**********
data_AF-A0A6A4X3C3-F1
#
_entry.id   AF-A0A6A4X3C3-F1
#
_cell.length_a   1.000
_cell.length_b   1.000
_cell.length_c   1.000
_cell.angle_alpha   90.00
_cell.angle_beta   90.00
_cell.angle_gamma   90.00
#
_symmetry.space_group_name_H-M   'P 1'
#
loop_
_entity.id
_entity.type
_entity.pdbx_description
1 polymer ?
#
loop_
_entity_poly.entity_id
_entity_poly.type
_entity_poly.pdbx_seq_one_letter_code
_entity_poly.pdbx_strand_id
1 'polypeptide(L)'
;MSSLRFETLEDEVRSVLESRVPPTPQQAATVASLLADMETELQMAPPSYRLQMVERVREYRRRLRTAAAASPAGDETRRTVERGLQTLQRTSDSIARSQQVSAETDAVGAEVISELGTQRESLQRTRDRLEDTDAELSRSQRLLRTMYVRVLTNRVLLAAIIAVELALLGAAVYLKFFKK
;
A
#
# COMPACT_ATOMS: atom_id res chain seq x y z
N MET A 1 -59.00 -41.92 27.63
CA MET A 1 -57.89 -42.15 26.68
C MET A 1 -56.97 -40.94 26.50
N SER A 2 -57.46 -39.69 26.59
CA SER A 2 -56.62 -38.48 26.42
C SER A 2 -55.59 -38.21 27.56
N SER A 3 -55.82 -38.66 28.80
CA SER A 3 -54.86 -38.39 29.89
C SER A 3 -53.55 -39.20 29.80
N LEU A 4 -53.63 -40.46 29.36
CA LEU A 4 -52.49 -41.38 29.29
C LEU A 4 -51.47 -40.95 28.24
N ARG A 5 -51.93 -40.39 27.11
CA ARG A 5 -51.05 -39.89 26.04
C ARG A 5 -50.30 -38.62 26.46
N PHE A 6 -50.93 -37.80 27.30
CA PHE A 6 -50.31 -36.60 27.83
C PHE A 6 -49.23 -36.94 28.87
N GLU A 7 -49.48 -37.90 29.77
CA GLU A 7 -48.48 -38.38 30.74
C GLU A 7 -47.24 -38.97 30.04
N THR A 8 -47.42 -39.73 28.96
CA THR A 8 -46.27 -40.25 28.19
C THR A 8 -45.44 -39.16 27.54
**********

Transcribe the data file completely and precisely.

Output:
data_AF-A0A6A4X3C3-F1
#
_entry.id   AF-A0A6A4X3C3-F1
#
_cell.length_a   1.000
_cell.length_b   1.000
_cell.length_c   1.000
_cell.angle_alpha   90.00
_cell.angle_beta   90.00
_cell.angle_gamma   90.00
#
_symmetry.space_group_name_H-M   'P 1'
#
loop_
_entity.id
_entity.type
_entity.pdbx_description
1 polymer ?
#
loop_
_entity_poly.entity_id
_entity_poly.type
_entity_poly.pdbx_seq_one_letter_code
_entity_poly.pdbx_strand_id
1 'polypeptide(L)'
;MSSLRFETLEDEVRSVLESRVPPTPQQAATVASLLADMETELQMAPPSYRLQMVERVREYRRRLRTAAAASPAGDETRRTVERGLQTLQRTSDSIARSQQVSAETDAVGAEVISELGTQRESLQRTRDRLEDTDAELSRSQRLLRTMYVRVLTNRVLLAAIIAVELALLGAAVYLKFFKK
;
A
#
# COMPACT_ATOMS: atom_id res chain seq x y z
N MET A 1 -59.00 -41.92 27.63
CA MET A 1 -57.89 -42.15 26.68
C MET A 1 -56.97 -40.94 26.50
N SER A 2 -57.46 -39.69 26.59
CA SER A 2 -56.62 -38.48 26.42
C SER A 2 -55.59 -38.21 27.56
N SER A 3 -55.82 -38.66 28.80
CA SER A 3 -54.86 -38.39 29.89
C SER A 3 -53.55 -39.20 29.80
N LEU A 4 -53.63 -40.46 29.36
CA LEU A 4 -52.49 -41.38 29.29
C LEU A 4 -51.47 -40.95 28.24
N ARG A 5 -51.93 -40.39 27.11
CA ARG A 5 -51.05 -39.89 26.04
C ARG A 5 -50.30 -38.62 26.46
N PHE A 6 -50.93 -37.80 27.30
CA PHE A 6 -50.31 -36.60 27.83
C PHE A 6 -49.23 -36.94 28.87
N GLU A 7 -49.48 -37.90 29.77
CA GLU A 7 -48.48 -38.38 30.74
C GLU A 7 -47.24 -38.97 30.04
N THR A 8 -47.42 -39.73 28.96
CA THR A 8 -46.27 -40.25 28.19
C THR A 8 -45.44 -39.16 27.54